Northup's first attempt to write a letter home is thwarted when the white field-laborer in whom he confides exposes the plan to Edwin Epps. Later, he meets a Canadian carpenter named Mr. Bass, who agrees to mail several letters for him. After a lengthy delay that causes Northup to despair of ever being rescued, he is found and liberated by Henry B. Northup, a member of the same white family that his father had served years before. The final chapter outlines the legal proceedings that followed. The narrative concludes with Solomon's reunion with Anne, his daughters, and a grandson whom he had never met.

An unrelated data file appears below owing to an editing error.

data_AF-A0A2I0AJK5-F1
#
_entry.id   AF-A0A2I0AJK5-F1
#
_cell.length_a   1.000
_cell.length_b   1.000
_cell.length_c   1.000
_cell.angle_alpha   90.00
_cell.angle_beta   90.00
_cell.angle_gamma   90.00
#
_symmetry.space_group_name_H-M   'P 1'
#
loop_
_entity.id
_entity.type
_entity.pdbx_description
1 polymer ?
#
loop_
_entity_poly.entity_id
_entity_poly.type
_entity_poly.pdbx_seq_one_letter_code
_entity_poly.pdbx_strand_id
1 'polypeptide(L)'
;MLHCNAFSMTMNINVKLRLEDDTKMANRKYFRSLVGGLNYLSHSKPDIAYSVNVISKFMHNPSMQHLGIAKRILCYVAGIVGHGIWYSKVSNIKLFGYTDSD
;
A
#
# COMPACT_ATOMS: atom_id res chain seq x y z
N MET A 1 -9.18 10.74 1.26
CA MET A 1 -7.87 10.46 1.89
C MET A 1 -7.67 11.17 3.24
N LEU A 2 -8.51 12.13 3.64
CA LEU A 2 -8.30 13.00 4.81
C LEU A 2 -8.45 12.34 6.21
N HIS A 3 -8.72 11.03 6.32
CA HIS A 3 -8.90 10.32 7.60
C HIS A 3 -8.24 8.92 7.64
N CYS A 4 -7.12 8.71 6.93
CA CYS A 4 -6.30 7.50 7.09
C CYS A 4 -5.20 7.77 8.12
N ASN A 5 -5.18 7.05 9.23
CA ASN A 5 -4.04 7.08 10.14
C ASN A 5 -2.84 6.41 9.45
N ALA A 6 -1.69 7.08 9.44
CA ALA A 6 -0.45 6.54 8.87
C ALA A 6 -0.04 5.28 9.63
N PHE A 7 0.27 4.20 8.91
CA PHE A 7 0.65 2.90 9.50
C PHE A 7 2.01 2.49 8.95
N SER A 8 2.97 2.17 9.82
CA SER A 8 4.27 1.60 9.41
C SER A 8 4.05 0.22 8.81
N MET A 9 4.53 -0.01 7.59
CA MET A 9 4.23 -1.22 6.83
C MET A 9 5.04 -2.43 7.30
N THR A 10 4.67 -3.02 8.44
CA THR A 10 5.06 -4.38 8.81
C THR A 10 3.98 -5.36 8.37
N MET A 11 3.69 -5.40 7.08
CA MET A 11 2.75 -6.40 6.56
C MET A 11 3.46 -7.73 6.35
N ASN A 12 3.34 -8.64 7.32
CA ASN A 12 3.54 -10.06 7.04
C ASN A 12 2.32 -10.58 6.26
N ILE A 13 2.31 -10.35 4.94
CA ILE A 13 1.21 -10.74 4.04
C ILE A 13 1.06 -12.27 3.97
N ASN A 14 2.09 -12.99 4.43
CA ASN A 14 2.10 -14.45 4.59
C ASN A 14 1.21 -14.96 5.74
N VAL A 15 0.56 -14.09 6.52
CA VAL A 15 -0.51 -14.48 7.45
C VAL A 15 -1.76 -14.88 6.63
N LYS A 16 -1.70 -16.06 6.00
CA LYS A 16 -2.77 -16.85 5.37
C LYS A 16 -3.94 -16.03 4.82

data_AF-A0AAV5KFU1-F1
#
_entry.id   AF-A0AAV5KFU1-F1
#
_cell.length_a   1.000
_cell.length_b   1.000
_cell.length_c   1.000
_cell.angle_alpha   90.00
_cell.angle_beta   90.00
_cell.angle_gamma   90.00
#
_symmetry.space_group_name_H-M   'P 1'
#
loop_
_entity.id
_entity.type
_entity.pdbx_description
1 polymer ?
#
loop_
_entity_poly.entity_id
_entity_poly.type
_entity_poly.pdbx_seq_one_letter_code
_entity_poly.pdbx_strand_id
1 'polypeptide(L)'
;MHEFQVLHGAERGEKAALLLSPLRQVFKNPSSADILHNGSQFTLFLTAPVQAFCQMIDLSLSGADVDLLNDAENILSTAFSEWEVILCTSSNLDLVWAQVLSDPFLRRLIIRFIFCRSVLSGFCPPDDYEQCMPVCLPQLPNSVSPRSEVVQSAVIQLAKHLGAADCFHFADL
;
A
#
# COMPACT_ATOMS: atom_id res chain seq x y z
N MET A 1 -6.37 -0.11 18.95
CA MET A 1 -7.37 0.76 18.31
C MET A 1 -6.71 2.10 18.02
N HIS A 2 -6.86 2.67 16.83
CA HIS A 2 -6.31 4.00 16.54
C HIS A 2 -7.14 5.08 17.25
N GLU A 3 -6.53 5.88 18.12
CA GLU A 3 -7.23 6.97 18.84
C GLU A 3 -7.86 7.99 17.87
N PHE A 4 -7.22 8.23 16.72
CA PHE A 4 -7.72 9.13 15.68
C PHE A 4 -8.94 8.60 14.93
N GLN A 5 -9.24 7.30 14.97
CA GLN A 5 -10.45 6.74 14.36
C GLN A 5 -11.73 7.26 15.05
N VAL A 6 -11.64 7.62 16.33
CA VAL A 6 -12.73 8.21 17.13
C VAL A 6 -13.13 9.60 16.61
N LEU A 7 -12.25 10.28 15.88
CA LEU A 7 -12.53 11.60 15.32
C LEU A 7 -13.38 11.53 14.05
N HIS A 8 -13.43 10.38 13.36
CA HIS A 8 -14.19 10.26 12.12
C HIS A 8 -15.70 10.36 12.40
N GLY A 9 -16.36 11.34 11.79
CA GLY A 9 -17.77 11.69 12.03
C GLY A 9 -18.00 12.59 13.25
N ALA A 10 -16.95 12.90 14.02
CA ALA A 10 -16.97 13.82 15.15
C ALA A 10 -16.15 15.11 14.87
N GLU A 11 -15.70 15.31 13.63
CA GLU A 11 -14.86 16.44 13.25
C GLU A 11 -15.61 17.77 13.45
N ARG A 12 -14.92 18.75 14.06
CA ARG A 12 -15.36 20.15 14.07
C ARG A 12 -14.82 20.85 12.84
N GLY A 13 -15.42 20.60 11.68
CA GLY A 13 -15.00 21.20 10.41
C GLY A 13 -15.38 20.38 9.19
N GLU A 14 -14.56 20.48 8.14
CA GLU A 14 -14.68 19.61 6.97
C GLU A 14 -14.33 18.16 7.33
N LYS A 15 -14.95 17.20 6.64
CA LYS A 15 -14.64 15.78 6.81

Works Consulted: Born, Brad S., Northup, Solomon, in The Concise Oxford Companion to African American Literature, via the Oxford African American Studies Center," referenced 15 November 2010; Olney, James, "'I Was Born': Slave Narratives, Their Status as Autobiography and as Literature," in The Slave's Narrative, ed. Charles T. Davis and Henry Louis Gates, Jr. (New York: Oxford UP, 1985); Smith, David L., "Northup, Solomon," in African American National Biography,, via the "Oxford African American Studies Center," referenced 15 November 2010; Stepto, Robert Burns, "I Rose and Found My Voice: Narration, Authentication, and Authorial Control in Four Slave Narratives," in The Slave's Narrative, ed. Charles T. Davis and Henry Louis Gates, Jr. (New York: Oxford UP, 1985).

Patrick E. Horn